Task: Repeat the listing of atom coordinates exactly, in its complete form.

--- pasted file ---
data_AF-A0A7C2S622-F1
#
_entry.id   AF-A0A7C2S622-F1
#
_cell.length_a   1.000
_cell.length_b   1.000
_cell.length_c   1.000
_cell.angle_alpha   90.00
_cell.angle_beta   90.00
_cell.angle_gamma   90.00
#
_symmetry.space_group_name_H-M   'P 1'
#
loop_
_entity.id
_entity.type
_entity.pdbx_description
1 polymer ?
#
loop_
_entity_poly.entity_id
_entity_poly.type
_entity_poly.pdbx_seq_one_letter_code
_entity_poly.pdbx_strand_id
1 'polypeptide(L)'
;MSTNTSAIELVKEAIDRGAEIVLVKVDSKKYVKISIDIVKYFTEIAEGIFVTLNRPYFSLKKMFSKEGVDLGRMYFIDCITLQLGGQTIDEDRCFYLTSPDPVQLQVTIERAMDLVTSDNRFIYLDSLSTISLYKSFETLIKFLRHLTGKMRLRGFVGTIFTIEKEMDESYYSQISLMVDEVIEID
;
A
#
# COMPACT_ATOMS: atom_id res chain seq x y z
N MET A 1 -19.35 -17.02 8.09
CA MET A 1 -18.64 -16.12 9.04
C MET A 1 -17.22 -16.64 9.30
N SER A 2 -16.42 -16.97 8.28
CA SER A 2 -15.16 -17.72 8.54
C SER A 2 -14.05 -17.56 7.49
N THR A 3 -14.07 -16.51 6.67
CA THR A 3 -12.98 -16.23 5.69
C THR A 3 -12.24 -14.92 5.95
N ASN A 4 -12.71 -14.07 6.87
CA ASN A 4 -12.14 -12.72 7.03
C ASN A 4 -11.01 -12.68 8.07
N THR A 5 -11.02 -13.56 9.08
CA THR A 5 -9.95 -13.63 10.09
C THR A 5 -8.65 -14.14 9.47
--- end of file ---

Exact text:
data_AF-A0A7C2S622-F1
#
_entry.id   AF-A0A7C2S622-F1
#
_cell.length_a   1.000
_cell.length_b   1.000
_cell.length_c   1.000
_cell.angle_alpha   90.00
_cell.angle_beta   90.00
_cell.angle_gamma   90.00
#
_symmetry.space_group_name_H-M   'P 1'
#
loop_
_entity.id
_entity.type
_entity.pdbx_description
1 polymer ?
#
loop_
_entity_poly.entity_id
_entity_poly.type
_entity_poly.pdbx_seq_one_letter_code
_entity_poly.pdbx_strand_id
1 'polypeptide(L)'
;MSTNTSAIELVKEAIDRGAEIVLVKVDSKKYVKISIDIVKYFTEIAEGIFVTLNRPYFSLKKMFSKEGVDLGRMYFIDCITLQLGGQTIDEDRCFYLTSPDPVQLQVTIERAMDLVTSDNRFIYLDSLSTISLYKSFETLIKFLRHLTGKMRLRGFVGTIFTIEKEMDESYYSQISLMVDEVIEID
;
A
#
# COMPACT_ATOMS: atom_id res chain seq x y z
N MET A 1 -19.35 -17.02 8.09
CA MET A 1 -18.64 -16.12 9.04
C MET A 1 -17.22 -16.64 9.30
N SER A 2 -16.42 -16.97 8.28
CA SER A 2 -15.16 -17.72 8.54
C SER A 2 -14.05 -17.56 7.49
N THR A 3 -14.07 -16.51 6.67
CA THR A 3 -12.98 -16.23 5.69
C THR A 3 -12.24 -14.92 5.95
N ASN A 4 -12.71 -14.07 6.87
CA ASN A 4 -12.14 -12.72 7.03
C ASN A 4 -11.01 -12.68 8.07
N THR A 5 -11.02 -13.56 9.08
CA THR A 5 -9.95 -13.63 10.09
C THR A 5 -8.65 -14.14 9.47